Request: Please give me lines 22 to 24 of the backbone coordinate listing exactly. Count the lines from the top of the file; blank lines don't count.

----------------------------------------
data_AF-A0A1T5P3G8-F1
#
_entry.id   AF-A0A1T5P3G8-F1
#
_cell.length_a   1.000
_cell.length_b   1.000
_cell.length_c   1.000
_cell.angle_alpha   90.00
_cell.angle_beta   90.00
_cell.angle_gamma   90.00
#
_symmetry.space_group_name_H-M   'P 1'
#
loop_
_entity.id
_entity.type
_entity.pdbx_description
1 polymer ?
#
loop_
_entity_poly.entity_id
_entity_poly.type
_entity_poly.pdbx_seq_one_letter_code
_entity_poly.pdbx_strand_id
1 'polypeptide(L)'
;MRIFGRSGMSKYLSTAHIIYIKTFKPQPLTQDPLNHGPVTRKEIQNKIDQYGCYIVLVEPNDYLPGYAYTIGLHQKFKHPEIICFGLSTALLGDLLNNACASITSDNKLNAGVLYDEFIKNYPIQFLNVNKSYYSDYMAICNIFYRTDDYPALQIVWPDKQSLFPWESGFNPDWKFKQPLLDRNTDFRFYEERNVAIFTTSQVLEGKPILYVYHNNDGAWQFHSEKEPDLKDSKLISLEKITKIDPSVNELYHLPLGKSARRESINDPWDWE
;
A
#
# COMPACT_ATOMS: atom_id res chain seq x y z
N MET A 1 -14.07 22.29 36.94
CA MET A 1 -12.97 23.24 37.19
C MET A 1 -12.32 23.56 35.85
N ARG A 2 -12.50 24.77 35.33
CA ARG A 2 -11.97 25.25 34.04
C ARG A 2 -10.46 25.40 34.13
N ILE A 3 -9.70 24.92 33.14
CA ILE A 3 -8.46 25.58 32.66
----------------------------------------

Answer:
_entity_poly.type
_entity_poly.pdbx_seq_one_letter_code
_entity_poly.pdbx_strand_id